With the photo of Kapas Biru, I had to apply more severe transformations than I typically do. The foreground rock had too much weight in the composition. So, instead of working with the commonly used warp tool, I went for the Liquify filter. It's great to reduce the size of an object anywhere in the frame. A precondition for Liquify to work is that the element you transform does not contain straight lines or have a defined shape. This would give the manipulation away.

Randomly shaped rocks work great, though. In Photoshop, create a flattened copy of your current edit or convert it into a "Smart Object," The latter will allow you to apply the filter non-destructively. Then, head to "Filter - Liquify," which will open a new panel. Ignore the settings on the right side. The tools of choice for resizing elements in landscape photos are the "Distortion Tools" on the left. Of those, you will find the "Pucker," "Bloat," and "Push" tools to be the most helpful for landscape photos. You can combine them with the "Freeze Mask" tool, which lets you preserve certain areas.

To reduce the size of an object, start with the "Pucker" tool and set its size to roughly that of the element you want to transform. Then click on your target a few times to shrink it while moving the bush around. You can then switch to the "Bloat" or "Push" tool and extend the element's surroundings. But be cautious: such distortions will affect details and sharpness. Always check the result at 100% to ensure no defects were introduced.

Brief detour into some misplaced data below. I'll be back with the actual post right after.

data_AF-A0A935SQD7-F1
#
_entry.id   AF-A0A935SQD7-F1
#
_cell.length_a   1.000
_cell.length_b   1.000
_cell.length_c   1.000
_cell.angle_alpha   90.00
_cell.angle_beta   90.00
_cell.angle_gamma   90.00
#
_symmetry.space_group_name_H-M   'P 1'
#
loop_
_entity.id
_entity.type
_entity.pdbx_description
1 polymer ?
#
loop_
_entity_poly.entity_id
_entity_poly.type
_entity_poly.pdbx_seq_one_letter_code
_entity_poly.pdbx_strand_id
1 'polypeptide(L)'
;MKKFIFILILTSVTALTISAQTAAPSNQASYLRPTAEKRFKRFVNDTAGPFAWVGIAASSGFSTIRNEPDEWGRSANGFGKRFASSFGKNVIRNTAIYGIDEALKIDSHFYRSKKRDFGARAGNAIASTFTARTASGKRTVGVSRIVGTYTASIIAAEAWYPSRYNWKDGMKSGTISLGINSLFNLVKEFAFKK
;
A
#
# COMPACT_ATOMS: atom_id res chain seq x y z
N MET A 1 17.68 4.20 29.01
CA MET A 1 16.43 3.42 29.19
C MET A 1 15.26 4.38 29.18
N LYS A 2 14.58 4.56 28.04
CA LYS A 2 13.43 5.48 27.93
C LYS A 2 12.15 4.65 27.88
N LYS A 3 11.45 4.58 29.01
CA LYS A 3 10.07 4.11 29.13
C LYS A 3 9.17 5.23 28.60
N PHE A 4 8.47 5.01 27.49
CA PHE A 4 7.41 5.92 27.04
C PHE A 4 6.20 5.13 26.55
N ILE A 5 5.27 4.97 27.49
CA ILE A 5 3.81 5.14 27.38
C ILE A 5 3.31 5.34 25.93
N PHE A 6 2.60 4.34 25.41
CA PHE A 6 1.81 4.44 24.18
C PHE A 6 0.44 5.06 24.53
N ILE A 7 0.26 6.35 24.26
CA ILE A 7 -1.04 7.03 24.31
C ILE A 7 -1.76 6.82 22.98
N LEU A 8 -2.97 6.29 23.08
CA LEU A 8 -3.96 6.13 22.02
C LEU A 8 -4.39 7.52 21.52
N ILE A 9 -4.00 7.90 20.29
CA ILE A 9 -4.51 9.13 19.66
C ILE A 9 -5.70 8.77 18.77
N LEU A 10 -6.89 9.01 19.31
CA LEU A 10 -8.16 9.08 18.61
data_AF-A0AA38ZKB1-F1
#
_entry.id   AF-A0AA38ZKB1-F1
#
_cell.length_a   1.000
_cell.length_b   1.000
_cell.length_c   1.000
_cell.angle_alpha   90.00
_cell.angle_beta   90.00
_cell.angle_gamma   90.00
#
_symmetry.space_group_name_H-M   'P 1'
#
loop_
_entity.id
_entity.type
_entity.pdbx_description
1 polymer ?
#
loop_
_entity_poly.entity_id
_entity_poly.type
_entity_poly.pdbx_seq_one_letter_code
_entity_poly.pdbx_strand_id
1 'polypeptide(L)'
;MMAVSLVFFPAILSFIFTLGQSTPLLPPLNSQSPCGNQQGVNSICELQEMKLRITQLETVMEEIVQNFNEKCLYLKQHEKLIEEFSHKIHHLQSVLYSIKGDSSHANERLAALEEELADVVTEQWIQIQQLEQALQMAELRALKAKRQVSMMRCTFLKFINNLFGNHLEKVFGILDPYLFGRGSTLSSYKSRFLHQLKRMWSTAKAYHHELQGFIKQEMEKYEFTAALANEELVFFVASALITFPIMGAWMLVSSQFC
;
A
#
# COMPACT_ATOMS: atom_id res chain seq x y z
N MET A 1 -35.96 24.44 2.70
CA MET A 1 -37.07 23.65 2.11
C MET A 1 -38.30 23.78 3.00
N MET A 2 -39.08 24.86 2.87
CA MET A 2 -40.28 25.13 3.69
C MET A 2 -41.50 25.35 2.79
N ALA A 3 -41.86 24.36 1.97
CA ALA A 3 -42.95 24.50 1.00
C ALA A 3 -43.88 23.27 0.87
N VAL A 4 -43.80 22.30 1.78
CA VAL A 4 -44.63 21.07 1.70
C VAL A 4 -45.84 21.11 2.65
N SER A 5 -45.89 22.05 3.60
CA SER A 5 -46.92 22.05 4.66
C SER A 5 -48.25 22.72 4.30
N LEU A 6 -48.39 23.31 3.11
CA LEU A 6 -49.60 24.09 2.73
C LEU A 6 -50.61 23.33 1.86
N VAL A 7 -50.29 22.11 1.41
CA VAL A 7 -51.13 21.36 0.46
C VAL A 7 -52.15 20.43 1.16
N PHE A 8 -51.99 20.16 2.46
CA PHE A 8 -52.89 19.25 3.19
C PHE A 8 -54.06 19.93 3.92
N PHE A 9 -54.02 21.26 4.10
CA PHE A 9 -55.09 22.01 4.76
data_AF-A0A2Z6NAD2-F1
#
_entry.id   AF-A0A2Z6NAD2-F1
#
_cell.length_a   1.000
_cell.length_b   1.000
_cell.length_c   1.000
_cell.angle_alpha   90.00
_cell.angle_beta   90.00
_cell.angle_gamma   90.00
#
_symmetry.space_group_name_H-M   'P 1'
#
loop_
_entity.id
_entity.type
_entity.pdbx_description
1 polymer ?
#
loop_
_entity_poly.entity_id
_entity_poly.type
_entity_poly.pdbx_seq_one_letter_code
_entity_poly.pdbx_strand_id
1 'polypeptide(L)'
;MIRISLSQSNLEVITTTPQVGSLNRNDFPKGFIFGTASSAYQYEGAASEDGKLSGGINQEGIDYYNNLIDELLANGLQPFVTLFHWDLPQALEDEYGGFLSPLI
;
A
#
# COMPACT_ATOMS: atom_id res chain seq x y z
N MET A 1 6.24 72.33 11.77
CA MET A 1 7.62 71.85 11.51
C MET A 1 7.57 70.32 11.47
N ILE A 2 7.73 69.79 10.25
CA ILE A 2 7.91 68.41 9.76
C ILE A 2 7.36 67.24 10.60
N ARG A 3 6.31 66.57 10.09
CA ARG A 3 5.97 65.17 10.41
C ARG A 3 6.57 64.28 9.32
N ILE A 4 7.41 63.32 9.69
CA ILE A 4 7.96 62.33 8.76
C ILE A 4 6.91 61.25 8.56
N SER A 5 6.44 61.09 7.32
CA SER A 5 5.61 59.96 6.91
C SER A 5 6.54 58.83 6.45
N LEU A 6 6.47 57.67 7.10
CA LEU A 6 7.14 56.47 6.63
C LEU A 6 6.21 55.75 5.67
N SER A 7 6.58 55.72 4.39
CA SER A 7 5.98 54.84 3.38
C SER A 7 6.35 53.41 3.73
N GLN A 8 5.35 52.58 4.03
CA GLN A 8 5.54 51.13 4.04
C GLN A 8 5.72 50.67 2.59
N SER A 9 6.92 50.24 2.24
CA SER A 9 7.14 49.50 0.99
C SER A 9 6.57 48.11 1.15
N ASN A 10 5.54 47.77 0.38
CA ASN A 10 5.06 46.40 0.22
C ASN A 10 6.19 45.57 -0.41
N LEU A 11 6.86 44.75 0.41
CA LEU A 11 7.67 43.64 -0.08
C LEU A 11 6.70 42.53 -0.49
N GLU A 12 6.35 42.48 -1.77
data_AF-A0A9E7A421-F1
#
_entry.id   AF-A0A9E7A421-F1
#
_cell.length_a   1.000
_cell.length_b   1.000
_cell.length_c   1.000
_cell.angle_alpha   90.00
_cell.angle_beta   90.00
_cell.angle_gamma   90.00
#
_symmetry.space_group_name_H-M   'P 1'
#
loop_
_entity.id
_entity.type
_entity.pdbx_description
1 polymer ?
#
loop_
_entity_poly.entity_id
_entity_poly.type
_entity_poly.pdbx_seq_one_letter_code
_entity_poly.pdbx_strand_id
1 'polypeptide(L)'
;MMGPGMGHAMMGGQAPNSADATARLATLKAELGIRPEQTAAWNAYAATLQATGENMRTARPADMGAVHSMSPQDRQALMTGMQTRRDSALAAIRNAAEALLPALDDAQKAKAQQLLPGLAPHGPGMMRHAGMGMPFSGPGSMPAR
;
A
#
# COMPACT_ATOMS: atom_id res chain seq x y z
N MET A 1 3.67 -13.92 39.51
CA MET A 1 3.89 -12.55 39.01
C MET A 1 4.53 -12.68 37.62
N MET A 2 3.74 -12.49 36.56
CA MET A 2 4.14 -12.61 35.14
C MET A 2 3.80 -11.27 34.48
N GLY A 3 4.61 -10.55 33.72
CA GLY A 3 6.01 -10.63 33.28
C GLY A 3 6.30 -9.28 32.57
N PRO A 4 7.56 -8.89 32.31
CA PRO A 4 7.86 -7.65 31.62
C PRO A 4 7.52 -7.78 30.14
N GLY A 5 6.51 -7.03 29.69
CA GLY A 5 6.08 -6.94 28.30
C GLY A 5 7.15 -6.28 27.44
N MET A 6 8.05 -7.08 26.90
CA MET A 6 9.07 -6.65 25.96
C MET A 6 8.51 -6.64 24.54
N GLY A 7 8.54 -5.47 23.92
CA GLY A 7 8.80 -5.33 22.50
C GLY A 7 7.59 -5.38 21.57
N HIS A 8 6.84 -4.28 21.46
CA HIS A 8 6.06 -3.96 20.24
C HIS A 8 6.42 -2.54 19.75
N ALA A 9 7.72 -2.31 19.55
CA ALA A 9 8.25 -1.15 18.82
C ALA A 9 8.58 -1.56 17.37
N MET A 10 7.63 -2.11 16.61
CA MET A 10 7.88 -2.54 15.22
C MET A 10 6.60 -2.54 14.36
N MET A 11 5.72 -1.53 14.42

Dodge and Burn

I feel like dodge and burn comes up in every other article I write for Fstoppers, but rightly so, because it's an invaluable technique. You can use it to darken areas of a photo that contain distractions and brighten those toward which you want to draw the viewers' attention.

Create an empty layer on top of the layer stack and set its blend mode to "Soft Light." Then, use a black, soft brush to paint over areas you want to darken and a white, soft brush to brighten important elements. In the Kapas Biru photo, I darkened the rock to bring its tonality closer to the smaller rocks next to it. This way, it no longer stands out. I intentionally brightened the waterfall to draw the viewers' gaze past the rocks.

If colors distract you while working on contrasts, you can put a "Hue/Saturation" adjustment layer at the top of the layer stack and reduce the saturation to zero. Once you're done with the dodge and burn, you can remove this helper layer again.